You could tell that the boys were nobody’s fools, spreading out around the Lipa so that each coin tossed into the sea was within a few strokes of one of them. The coin-tossers were no fools either as they only threw in small coins, and not their watches, jewelry, or travel companions.

Richard Parker via Flickr

As the Lipa undocked, the styropor flotilla dispersed, paddling away from the ship toward the shanties lining the breakwater to count the day’s loot. Not too bad a livelihood for something that every boy loves to do.

I took a table at the ship’s cafeteria with a view of the sea. There I saw one ship after another overtaking the Lipa, which gave me reason to believe that my fifteen-hour journey to Dumaguit, our port of debarkation, could last a year. Well, no one’s in a hurry, I told myself. Except that every second spent on board the Lipa felt like a year spent in harm’s way.

By early evening, people flooded the cafeteria. While it served meals, most of the passengers brought along dinner in plastic containers. I smelled adobo, a few other Filipino delicacies, and the ever-present Lucky Me noodles. So, that was the trick to save on onboard expenses.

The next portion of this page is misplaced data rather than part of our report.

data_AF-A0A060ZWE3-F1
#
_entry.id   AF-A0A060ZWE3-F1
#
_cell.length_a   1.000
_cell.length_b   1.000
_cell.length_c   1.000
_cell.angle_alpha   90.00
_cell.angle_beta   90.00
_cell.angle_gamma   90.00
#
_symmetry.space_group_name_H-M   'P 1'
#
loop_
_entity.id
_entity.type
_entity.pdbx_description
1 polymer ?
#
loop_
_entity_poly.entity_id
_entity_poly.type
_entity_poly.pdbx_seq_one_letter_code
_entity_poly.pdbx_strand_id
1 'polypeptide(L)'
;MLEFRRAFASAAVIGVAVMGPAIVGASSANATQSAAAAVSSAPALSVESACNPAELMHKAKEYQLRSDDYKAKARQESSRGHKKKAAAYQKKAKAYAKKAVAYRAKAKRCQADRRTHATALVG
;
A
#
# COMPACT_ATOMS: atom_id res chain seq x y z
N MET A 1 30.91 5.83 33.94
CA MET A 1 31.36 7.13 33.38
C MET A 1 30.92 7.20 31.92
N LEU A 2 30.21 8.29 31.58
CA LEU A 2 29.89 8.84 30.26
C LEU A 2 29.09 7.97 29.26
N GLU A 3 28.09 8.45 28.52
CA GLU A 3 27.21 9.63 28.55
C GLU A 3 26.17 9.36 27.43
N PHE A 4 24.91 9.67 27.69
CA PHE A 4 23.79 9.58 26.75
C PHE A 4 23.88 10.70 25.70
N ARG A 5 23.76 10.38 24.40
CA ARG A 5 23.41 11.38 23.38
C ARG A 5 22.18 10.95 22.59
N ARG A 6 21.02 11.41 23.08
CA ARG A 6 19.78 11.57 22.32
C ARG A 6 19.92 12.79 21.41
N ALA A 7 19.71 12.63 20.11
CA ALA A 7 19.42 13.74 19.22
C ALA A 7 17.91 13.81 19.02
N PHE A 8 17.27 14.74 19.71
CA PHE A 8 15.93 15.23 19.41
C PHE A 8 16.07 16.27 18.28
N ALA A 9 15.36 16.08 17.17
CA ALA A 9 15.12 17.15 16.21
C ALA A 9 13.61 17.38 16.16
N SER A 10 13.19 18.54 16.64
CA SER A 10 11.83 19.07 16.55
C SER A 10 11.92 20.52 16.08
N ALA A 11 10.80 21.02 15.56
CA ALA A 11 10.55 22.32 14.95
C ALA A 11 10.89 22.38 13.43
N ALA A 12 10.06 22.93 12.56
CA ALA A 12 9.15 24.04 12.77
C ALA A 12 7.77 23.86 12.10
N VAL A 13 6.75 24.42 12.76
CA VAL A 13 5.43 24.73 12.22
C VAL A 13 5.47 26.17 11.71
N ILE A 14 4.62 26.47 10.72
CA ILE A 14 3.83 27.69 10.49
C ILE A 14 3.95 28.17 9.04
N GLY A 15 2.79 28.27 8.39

As the lights along the coast vanished and the Lipa finally crossed the China Sea, I called it a day. By daybreak the following year, we landed in Dumaguit, safe and sound.

From Boracay I decided to take a plane ride home. The Fokker turboprop may not be the fastest plane around but flying is still a breeze compared to traveling by land or sea. You still go through the gauntlet, get thoroughly frisked by eagle-eyed airport officials looking for contraband - lighters, colognes, toothpastes and bullets - but you get there fast. Certainly faster than in the Lipa.

This particular flight was quite bumpy and a little boy kept throwing up. Across the aisle, a matronly female had her pink curlers on for the ride. I ignored the boy and paid attention to the pink curlers. That’s how you get by on most of these flights.

Any discussion of air travel would not be complete without a plug for the old NAIA 1. Unlike the sparklingly-new airports of Hong Kong and Singapore, the old NAIA 1 welcomed each passenger with chirping rondallas, a cacophony of voices from peddlers and fixers, and the usual harassed cries of passengers and airport personnel. With the new terminals 2 and 3 and upgrades on NAIA 1 completed, air travelers should worry that the old airport’s Third World charm could become a thing of the past.

Air travel today is not so much fun as before. With aviation fuel hitting fantastic highs, in-flight food and drink are no longer free. You’d be lucky to get a free biscuit up there. Like in the Lipa, the aroma of adobo and bagoong is something we’d like to experience in today’s inter-island flights, a local touch I’m sure foreign tourists would begin to appreciate and get their own airlines to adopt.

That, I’m sure could bring back the joy to air travel.